Loving Someone With OCD, How to Help Them Overcome Their OCD

Published: 29th December 2009
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Loving someone with OCD: how difficult can it be? You do not need to be the one who is suffering with the problem directly to experience troubles of your own with OCD (Obsessive Compulsive Disorder), which can affect different people in many ways. Often, it can lead to problems within a relationship when a loved one or a friend shows signs of strange behavior. And when no one knows what is really going on, a lot of times the problem can get worse. When something seems off, and unusual, wrong ideas can easily manifest in our minds. You may start to have negative thoughts about the other person, and paranoia may set in, causing you to start thinking that the problem may have something to do with yourself. When loving someone with OCD, It can get to the point where you wonder if their actions are being done to make a statement, or with the intention of irritating you. It is important to do both of you a favor and simply talk. That is the only way you will find out what is going on, and how you can try to save your relationship.

To realize what the person whom you are concerned for is going through, you have got to first gain a little bit of knowledge about what OCD truly is. There are diverse kinds of OCD, and depending on what type your loved one is struggling with, it can be easier or more difficult to work with. If they do open up to you and try to describe what they are feeling, the worst thing you can do is care for the condition like a mental sickness. No matter how silly or illogical these feelings may seem, they are genuine, and caused by beliefs and worries that need to be addressed. You may find that your loved one feels it necessary to perform rituals, or takes up bizarre habits when doing something normally simple that you usually do. Loving someone with OCD can be difficult, but you can be an enormous help in their efforts to overcome this trouble, using your care and support. There are treatments out there which you ought to talk about together, and find one which is right for them.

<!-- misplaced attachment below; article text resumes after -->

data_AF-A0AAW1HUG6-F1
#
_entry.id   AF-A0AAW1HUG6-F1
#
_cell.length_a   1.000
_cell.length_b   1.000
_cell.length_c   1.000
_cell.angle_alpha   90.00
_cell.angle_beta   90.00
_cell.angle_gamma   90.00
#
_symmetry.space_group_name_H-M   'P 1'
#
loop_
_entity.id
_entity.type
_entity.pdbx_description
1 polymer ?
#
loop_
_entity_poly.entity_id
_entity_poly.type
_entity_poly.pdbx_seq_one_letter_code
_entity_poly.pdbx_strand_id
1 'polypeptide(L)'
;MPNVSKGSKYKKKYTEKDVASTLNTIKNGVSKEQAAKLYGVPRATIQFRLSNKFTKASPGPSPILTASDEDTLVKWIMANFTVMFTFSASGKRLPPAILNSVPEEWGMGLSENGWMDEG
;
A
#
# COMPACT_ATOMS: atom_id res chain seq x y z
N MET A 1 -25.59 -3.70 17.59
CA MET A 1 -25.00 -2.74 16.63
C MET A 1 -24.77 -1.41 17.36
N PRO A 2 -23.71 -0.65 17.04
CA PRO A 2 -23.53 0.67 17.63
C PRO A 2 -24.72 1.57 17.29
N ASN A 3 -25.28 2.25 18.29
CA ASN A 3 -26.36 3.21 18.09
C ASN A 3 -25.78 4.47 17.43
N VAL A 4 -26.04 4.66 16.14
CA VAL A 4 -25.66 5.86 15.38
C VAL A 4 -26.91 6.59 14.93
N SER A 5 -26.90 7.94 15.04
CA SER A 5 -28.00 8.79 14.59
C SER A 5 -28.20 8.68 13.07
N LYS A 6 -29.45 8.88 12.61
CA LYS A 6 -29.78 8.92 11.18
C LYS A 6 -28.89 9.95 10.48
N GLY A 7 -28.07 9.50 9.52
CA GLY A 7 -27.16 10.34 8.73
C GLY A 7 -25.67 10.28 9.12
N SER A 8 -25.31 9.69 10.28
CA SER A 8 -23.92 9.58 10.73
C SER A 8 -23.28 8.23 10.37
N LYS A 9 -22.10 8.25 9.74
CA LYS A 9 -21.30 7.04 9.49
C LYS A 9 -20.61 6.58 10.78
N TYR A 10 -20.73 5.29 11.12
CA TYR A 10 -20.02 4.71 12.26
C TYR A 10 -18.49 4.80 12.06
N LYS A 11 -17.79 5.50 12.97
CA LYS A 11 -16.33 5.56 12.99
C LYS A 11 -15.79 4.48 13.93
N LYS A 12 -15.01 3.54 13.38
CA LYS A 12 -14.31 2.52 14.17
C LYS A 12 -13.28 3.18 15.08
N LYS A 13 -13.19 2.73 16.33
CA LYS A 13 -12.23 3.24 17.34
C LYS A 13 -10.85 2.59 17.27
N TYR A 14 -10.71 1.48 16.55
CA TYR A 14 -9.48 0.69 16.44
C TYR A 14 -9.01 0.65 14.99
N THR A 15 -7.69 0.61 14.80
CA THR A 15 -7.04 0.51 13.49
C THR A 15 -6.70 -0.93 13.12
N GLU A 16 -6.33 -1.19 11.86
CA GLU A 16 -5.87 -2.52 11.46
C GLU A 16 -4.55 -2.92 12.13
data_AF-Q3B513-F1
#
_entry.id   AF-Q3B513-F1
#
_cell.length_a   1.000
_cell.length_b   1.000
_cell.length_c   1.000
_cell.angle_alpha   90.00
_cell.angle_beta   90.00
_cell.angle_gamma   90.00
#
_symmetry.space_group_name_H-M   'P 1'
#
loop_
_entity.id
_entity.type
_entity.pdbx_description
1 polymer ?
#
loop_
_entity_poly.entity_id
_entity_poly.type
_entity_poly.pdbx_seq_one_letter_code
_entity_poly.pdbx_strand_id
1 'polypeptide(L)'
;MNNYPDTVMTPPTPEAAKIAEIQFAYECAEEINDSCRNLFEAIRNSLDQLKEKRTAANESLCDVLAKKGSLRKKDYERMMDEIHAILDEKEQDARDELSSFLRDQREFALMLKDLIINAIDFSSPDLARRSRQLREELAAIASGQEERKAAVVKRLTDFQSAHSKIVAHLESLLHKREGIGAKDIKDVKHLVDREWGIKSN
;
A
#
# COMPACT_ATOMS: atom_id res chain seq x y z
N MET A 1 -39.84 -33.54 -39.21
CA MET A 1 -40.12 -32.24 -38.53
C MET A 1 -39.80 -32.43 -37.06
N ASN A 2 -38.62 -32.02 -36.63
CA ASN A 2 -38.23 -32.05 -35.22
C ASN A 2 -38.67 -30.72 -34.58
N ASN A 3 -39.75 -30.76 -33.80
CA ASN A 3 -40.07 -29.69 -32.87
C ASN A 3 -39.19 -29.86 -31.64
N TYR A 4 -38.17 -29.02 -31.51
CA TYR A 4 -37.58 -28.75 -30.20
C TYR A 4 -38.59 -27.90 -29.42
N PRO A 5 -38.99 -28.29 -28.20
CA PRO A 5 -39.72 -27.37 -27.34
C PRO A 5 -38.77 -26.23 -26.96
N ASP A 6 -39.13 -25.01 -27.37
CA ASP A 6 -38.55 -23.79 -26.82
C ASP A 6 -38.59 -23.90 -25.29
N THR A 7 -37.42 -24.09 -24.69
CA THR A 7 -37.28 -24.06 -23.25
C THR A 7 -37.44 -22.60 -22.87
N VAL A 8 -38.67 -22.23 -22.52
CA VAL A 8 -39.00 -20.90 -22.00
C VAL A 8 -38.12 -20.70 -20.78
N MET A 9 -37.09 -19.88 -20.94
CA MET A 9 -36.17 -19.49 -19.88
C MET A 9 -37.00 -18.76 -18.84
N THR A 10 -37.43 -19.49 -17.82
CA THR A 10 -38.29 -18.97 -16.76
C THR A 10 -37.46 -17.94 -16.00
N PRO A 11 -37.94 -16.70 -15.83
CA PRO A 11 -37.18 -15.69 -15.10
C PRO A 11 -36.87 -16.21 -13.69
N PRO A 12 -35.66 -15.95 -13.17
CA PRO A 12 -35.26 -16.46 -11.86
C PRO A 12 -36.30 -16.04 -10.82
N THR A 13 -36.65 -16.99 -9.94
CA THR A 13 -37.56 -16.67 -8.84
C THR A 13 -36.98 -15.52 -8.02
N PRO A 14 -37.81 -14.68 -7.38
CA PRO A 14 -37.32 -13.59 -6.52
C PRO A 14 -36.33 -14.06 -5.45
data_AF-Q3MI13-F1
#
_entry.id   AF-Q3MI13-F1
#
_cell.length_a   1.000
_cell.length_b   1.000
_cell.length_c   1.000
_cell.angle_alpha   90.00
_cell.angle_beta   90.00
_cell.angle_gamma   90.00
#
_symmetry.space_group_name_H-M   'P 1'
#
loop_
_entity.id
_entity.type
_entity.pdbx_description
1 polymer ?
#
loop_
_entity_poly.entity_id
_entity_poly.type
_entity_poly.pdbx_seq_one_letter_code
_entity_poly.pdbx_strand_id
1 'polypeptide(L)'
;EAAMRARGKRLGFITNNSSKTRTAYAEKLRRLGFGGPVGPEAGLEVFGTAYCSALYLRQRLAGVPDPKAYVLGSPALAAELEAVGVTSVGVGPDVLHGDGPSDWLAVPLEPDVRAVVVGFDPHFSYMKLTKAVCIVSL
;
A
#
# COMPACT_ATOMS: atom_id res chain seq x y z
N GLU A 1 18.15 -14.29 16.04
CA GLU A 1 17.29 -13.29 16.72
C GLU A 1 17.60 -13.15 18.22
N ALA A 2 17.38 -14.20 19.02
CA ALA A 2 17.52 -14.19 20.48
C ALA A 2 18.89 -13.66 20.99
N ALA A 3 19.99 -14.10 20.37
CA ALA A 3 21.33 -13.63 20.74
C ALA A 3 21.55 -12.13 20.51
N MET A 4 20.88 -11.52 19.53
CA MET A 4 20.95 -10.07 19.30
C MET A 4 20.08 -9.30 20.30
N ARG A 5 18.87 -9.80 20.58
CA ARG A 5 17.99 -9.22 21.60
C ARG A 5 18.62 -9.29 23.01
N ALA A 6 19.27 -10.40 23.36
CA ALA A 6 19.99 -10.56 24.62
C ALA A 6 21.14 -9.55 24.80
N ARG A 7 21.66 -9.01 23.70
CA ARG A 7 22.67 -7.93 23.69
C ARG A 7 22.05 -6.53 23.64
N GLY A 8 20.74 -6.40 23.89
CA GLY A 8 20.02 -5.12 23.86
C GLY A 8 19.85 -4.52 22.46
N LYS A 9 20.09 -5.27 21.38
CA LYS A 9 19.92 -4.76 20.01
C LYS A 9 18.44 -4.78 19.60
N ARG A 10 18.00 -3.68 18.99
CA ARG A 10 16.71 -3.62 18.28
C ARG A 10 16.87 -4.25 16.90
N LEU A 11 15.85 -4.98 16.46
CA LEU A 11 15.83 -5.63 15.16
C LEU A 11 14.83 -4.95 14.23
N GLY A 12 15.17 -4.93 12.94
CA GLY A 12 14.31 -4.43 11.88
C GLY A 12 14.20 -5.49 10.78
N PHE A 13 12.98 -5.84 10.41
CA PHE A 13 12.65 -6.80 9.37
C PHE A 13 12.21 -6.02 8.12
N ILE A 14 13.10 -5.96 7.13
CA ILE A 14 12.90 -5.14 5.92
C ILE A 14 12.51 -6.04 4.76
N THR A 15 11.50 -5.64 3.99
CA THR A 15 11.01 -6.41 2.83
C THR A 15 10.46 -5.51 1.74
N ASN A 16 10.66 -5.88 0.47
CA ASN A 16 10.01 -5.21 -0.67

There are numerous sources of information around the web and in books about Obsessive Compulsive Disorder that can assist you and the person you are trying to help, just like there are therapists and counselors who offer treatment and suggestions to those struggling with it. Regrettably, a lot of these sources give partial information. This is because, although the greatest way to gain knowledge on how to solve a problem is by discussing it with someone who has been through it, most writers and counselors providing information have not actually done so. They can't offer you all of the facts that a person with understanding and experience in fighting OCD can provide. If you find yourself loving someone with OCD, help them look for a system to help them overcome OCD, keep in mind that jumping from one method to the next without giving any one method a fair opportunity to work can sometimes make troubles worse or cause misunderstanding. Every system will need a reasonable amount of patience and time to be successful, but just remember that when loving someone with OCD, you are possibly the most significant part in helping them find their path to wellness!

Click here to get my OCD e-book for free: "Loving Someone with OCD"
Derek Soto is an ex-sufferer of OCD who teaches people how to overcome their OCD for good in a very short time using little known techniques which are usually ignored by the medical field altogether. Derek J. Soto is an expert in Obsessive Compulsive Disorder who had it himself and beat it and now teaches others how to do the same. Derek J. Soto helps other get over their OCD the way that he got rid of his. Therapists ask his advice when it comes to helping their clients with OCD. He resides in Orlando, Florida.

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